The Proven Benefits Of Kombucha Make For Quick Reading

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Pretty much any food or drink has some benefits, but the longer and more varied that list gets the more suspicious we tend to be. And not many edibles have a longer lists of purported health benefits than kombucha, a fermented tea from east Asia.

But we’re always open to being told we were wrong, and perhaps kombucha is indeed a miracle elixir that should be coming out of all our taps. So we spoke to dietitian Aisling Pigott of the British Dietetic Association to find out what research, if any, has been done into kombucha’s effects, but first let’s look into exactly what kombucha is.

What is kombucha?

Fizzy fermented tea, made with sugar and scoby. If you haven’t got a Scooby what scoby is, it’s an acronym that stands for symbiotic culture of bacteria and yeasts. You can buy some if you’re planning on making your own kombucha at home.

To make kombucha you add the scoby to sweetened black or green tea that has been left to cool, then cover and leave the mixture for a week or so while the magic of fermentation takes place. The result is a fizzy, sweet and sour drink.

What health benefits have been ascribed to kombucha and are any of them backed up by scientific research?

The list of benefits not claimed of kombucha is probably shorter, to be honest. Among other things, kombucha is claimed to bolster the immune system, counteract the effects of ageing, improve digestive health and even help prevent certain cancers. Unfortunately, the science just isn’t there to back up kombucha’s credentials right now.

“There are actually very few studies or evidence of any benefits at present,” says Pigott.

Are there any risks to drinking kombucha?

If you ladle in mounds of sugar into your kombucha then it’s not going to be great for you, but in general it’s not going to be harmful, so if you’ve become addicted to the stuff you can drink on.

“It depends on the preparation, and sugar and caffeine content,” says Pigott. “As with anything if you enjoy it and find it helpful, then great! Otherwise it’s probably not going to be a miracle cure.”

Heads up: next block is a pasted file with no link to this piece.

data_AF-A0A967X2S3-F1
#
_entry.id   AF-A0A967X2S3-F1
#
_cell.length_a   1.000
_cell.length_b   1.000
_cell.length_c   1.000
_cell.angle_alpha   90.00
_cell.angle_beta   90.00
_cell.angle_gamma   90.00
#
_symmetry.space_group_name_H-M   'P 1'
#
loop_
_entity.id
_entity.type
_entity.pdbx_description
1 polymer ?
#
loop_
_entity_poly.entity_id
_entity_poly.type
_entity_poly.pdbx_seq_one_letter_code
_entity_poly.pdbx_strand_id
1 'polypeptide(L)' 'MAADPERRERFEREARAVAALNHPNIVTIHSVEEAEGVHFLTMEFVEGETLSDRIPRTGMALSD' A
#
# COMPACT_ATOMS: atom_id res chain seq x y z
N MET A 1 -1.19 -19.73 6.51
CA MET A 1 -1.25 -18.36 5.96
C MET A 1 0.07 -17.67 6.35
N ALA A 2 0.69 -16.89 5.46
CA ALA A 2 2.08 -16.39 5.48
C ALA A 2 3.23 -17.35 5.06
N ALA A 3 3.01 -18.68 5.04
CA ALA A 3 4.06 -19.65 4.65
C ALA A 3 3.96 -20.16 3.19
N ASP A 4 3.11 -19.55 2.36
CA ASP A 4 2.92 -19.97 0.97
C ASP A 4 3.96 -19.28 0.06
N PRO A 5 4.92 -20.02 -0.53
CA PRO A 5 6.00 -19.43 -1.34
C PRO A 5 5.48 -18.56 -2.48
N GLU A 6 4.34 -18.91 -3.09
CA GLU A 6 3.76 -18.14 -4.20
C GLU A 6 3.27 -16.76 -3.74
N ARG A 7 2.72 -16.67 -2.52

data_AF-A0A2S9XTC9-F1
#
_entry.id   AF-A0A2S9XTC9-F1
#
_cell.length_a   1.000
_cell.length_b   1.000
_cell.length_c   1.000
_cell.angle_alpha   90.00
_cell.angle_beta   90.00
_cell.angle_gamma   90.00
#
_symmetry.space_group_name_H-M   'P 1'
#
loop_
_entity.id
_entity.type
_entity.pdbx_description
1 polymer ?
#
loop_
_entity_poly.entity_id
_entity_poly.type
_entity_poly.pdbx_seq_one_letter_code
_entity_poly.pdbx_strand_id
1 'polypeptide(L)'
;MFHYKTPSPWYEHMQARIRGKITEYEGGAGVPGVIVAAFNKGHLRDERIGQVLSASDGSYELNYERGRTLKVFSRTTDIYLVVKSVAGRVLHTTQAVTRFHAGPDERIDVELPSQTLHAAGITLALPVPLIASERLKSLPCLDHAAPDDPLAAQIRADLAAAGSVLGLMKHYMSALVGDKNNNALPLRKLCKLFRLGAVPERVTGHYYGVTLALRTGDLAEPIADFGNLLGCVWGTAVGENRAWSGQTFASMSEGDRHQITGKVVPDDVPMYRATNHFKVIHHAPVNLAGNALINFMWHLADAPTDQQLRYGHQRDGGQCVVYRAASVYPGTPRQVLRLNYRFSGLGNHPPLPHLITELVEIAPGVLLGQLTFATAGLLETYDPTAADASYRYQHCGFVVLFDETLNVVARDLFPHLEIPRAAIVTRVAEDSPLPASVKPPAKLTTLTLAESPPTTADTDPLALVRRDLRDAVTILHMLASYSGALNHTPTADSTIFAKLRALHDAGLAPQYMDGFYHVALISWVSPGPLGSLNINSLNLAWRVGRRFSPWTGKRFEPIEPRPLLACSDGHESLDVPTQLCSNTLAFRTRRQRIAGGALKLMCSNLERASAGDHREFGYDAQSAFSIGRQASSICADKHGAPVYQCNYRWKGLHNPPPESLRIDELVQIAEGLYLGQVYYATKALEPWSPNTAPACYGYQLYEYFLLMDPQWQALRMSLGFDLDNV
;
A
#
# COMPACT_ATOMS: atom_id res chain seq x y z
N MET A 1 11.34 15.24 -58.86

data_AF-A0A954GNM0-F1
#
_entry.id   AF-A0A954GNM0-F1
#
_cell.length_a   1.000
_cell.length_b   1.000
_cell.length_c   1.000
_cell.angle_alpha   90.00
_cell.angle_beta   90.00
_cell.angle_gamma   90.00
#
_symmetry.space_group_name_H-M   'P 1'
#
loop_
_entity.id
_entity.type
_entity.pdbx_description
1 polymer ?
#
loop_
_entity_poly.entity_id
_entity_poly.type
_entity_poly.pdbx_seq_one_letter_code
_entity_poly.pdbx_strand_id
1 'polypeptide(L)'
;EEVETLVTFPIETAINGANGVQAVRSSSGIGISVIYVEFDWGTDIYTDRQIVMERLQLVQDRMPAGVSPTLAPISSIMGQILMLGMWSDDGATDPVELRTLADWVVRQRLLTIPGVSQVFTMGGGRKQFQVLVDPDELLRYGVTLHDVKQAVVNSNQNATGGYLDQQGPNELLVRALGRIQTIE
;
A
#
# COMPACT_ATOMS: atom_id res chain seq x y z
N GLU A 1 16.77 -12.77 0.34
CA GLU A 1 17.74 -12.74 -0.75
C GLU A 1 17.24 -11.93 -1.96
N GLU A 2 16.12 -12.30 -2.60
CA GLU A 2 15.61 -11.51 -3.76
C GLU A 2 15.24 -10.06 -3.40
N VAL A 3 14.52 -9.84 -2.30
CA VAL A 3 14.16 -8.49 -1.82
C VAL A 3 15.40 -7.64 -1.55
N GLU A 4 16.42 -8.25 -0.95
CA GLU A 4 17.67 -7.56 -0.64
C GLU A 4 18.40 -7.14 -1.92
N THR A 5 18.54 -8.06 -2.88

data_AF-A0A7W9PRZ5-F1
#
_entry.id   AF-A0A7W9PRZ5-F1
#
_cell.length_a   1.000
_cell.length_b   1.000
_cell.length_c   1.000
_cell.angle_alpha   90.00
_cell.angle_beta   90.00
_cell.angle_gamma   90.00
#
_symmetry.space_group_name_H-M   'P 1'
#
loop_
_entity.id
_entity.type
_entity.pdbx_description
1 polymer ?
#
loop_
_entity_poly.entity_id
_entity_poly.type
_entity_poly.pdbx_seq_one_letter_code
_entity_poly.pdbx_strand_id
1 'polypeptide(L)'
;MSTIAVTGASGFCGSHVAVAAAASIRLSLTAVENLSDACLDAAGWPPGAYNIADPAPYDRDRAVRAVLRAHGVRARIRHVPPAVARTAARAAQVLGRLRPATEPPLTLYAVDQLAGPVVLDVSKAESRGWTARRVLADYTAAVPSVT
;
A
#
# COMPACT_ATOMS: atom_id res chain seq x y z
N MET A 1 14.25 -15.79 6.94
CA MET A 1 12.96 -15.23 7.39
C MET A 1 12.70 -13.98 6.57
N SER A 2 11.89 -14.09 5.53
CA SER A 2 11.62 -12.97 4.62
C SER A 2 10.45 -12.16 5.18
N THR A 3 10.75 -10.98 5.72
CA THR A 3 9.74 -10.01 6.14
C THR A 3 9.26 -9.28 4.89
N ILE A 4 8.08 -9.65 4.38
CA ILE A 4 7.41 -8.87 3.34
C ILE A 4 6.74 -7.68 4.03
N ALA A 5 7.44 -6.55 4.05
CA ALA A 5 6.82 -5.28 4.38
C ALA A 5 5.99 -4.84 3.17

Does drinking kombucha pose any risk to your dental health?

“Persistent long-term consumption can damage the enamel of the teeth, especially if you are constantly sipping on such drinks throughout the day,” says Dr Ruth Baidoo, a private dentist and ambassador for mouthwash maker Waken Mouthcare. “This is because it is highly acidic. Some brands of kombucha also add a lot of sugar to the drink, and we all know how damaging an excess of sugar can be to dental health.

“One of the signs of kombucha consumption affecting your dental health is that your teeth will start to appear darker in colour and more stained. This is most likely to be because your enamel – the white part of the teeth – is slowly being worn away by the acidity of the kombucha.

“If you are finding it difficult to limit your intake of kombucha, use a straw (ideally a stainless-steel reusable one) to reduce the contact of kombucha with your teeth.”

Nick Harris-Fry
Senior writer

Nick Harris-Fry is a journalist who has been covering health and fitness since 2015. Nick is an avid runner, covering 70-110km a week, which gives him ample opportunity to test a wide range of running shoes and running gear. He is also the chief tester for fitness trackers and running watches, treadmills and exercise bikes, and workout headphones.